Reality TV and the Job Search

By Julie Doyle – Employment Consultant, Thornhill Employment Hub

Imagine…you have just lost your job and you get immediately cast in the reality T.V. show “Survivor.” The premise of the show is to have a group of contestants isolated in the wilderness of a deserted island and they need to compete with each other in order to survive. The weekly shows are a system of progressive elimination rounds where, based on the weekly challenge, contestants get “voted” off the island. Ultimately, in a perfect example of the process of elimination, the last contestant standing wins.

 

Well guess what, if you find yourself in a job search, you are very much a part of the process of elimination as the reality TV. “Survivor” contestant – the last one standing in your reality wins “employment.”

 

The job search process, for the most part is a process of elimination. Initially you are competing with hundreds, if not thousands of applicants for the same position and the competition is fierce. Employers do not have the time to read every resume thoroughly that crosses their desk, therefore they need to begin a process of elimination and they start looking for reasons NOT to hire you. As a job seeker, it is important to understand what the employer considers a red flag and barrier to employment and why your resume may end up in the “eliminated” pile.

 

Red flags for elimination include:

 

  • Spelling and/or grammatical errors – Your resume is often the employers first impression of you; therefore it is important to ensure accuracy. Don’t tell the employer you have a keen attention to detail, and then have several spelling mistakes which contradicts that fact. Not proof reading your content and allowing errors conveys the message that you may be careless, possibly have poor English language skills and are not professional; more red flags begin to wave.

 

  • Submitting a generic sounding resume and cover letter – Not taking the time to target your resume and cover letter will not help you stand out from the competition. It is important that your marketing tools are customized to every job posting. Implementing a looking for “anything” attitude, will get you “nothing” as this generic type of approach will make you look desperate which is a huge red flag for the employer.

 

  • Not matching the objective to the job posting – Many smaller companies do not have an HR department and may have different employees hiring for different positions. If you do not match the correct objective with the posting, your resume may end up on the wrong hiring manager’s desk and therefore get eliminated for having the wrong experience.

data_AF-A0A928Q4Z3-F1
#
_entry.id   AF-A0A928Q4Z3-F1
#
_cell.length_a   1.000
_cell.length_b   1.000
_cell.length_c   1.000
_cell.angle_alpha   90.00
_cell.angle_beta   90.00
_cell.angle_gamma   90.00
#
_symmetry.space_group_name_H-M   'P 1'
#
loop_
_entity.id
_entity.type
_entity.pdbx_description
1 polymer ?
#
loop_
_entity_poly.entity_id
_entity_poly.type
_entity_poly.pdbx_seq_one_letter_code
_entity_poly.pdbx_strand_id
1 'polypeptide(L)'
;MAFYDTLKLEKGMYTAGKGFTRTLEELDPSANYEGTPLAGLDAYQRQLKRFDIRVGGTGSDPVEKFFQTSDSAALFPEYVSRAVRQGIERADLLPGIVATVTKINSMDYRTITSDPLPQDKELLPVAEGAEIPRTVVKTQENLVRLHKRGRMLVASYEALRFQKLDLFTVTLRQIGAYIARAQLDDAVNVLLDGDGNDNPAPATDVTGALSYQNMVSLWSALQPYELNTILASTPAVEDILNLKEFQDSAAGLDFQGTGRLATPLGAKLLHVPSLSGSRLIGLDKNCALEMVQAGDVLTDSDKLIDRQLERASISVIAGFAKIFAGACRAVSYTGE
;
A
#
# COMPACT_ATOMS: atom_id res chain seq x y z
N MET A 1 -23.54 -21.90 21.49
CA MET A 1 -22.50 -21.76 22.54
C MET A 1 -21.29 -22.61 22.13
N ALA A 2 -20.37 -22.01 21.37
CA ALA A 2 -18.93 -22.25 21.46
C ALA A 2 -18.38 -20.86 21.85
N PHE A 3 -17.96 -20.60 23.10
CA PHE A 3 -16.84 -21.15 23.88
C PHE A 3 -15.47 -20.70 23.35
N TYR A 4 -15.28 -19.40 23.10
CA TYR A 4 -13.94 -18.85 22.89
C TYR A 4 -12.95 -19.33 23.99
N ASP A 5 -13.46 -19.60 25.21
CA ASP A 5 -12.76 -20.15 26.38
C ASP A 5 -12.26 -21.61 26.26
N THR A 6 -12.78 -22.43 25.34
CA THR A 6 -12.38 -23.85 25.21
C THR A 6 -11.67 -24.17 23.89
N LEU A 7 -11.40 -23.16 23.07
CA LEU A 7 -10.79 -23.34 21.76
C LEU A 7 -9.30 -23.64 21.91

• Lack of relevant experience – If resume data is presented in a chronological format and the job seeker is switching careers and going in a different direction, this type of resume will clearly highlight the lack of relevant experience. A functional style of resume will better market the skills and requirements of the position and will minimize the lack of experience.

 

  • Experience and education which make you overqualified – Job seekers should sell their top skills, but if you are overqualified for the position, the employer will see you as being “expensive” as your experience would demand a higher salary. Or they assume that you are taking a “survival” type position until another more appropriate job comes along. Either way you will be eliminated from the competition. Therefore customize your resume and match experience with the job posting.

 

  • Too many positions (job hopping) – Many job seekers have very valid reasons why they have had many positions, however as an employer this is often a great area of concern. Their concern is that why should they hire you, invest time, effort and money in training you only to have you leave after a short period of time. Employers view job hoppers as employees who may get bored easily, or unable to interact with others or resolve conflicts or someone who is a problem rather than a problem solver. Customize your employment history carefully to best reflect your suitability.

  • Employment gaps–A chronological resume highlights the length of time of employment, it also shows gaps in between different jobs. To minimize these only use the year rather than including the months and if there is a large gap of 2 years or more, consider using a functional resume which emphasizes skill sets rather than tenure.

  • Not applying via the stated method – Employers are looking for employees who can read and take direction well. In today’s fast paced business world, they need people who can work independently. If you fail to respond to their requests and go against the direction, this can work against you. Respect their wishes; show your initiative in other areas, but not this one.

 

  • Personal information (i.e. marital status, age, dependants, race) – Many job seekers make the mistake of giving too much personal information on a resume. Especially newcomers to Canada who are unaware of the expectations and requirements. The Government of Canada protects all potential employees against discrimination through the implementation of the Human Rights Act.

 

When you are reviewing your completed resume, wear the hat of an employer. Look at it objectively through their set of eyes. Consider any red flags that jump out at you. Would you consider hiring yourself if you were an employer? As with the “Survivor” Reality TV star, you need to perform at your best to stay on the island and keep from being voted off in regards to your job search!!! With a focused and determined approach you too, can win the grand prize of gainful employment!

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